A focus group is a popular qualitative research method that can help you understand emotional response to lots of different marketing and brand details. Everything down to the design of that luxury propeller and the color scheme of the website you use to sell it can be discussed by a small group of people to help you discover what works and where any pain-points are. Getting this information “from the horse’s mouth” and in detail is a lot more valuable than a few check marks on a questionnaire.
When you’re experimenting with website design and functionality you need to get insight into which options are most effective in getting your customers down the funnel to the point of purchase. This can include testing the color of buttons, which call-to-action you should use and the images on your page, to name but a few. Realistically, the opportunities are endless with your website testing - you should always be on the lookout for ways to optimize your site. Here’s where quantitative research can be useful - discovering your audience’s preferences on your tests will help guide you in the right direction.
Qualitative and quantitative data both play a part in answering academic research questions, too. If you’re studying the interpersonal relationships between adopted siblings, you’ll be able to get a lot more data and insight by interviewing them with specific questions that are guided by your research. You’ll get fewer questions answered, but each answer will be unique to that person’s experience, letting you explore the answers to your questions.
Academic focus groups for adopted siblings would introduce an entirely different kind of qualitative data. Just think about it: do you act differently when you’re alone versus when you’re with your sibling? And do you act differently when you’re alone with your sibling versus when you’re in a group of strangers? Whether or not they realize it, people change the way they act based on who they’re with. Focus groups will show the subtle changes in behavior nonverbal communication; these will be layered on top of changes in words that you’ll pick up on when you tag, code and annotate the focus group transcript later. Focus group data will provide you mountains of subtlety and nuance.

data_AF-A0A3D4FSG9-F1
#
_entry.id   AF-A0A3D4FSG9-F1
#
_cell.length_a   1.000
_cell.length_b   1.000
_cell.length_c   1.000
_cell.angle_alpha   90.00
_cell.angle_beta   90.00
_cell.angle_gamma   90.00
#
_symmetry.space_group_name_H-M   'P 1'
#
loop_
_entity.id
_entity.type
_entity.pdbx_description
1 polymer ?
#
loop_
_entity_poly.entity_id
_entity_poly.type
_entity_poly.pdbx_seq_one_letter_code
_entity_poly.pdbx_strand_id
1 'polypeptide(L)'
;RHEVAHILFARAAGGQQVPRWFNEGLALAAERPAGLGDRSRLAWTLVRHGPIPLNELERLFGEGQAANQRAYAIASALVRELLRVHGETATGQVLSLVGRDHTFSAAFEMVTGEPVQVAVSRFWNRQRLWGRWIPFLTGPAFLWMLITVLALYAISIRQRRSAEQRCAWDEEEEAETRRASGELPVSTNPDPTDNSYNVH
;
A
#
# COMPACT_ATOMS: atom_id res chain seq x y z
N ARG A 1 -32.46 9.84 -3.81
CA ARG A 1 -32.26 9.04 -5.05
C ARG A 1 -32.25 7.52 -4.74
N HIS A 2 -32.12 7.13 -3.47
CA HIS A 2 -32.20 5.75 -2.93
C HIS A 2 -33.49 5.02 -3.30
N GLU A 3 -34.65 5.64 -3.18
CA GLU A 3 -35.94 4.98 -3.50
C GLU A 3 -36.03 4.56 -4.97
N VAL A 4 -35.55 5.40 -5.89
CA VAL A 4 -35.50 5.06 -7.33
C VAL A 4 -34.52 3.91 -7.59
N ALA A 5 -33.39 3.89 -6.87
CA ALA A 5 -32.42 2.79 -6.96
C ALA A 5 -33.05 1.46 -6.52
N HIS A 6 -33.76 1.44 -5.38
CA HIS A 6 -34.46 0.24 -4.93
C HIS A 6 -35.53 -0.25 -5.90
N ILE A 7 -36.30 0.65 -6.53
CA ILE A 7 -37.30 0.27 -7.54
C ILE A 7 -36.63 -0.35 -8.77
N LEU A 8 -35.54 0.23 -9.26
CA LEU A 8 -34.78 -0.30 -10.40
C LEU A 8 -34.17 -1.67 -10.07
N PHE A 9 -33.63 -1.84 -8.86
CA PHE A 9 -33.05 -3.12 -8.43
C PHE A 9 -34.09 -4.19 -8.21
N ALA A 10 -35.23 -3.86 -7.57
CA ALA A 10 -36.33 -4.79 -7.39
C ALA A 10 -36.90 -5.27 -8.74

On the other side of the coin, quantitative data will give you straightforward answers to questions. One way to get quantitative data is with a survey. They can be sent out to a huge database of people, giving a much wider sample of data than your qualitative focus group, and can give you some strong stats to prove success in your decisions. They’re a great tool to gather both academic research and market research.
Research can be tough, but with a strong grasp of both qualitative and quantitative methods of research and how each one can help, you’ll quickly find the answers to your research questions. If you’re looking for feedback on your next-generation luxury propeller or studying how adopted siblings relate to each other in group settings, knowing your research methods will help you succeed.
When your research interviews are done, dive into your analysis right away: upload the audio to Trint for research transcripts in minutes.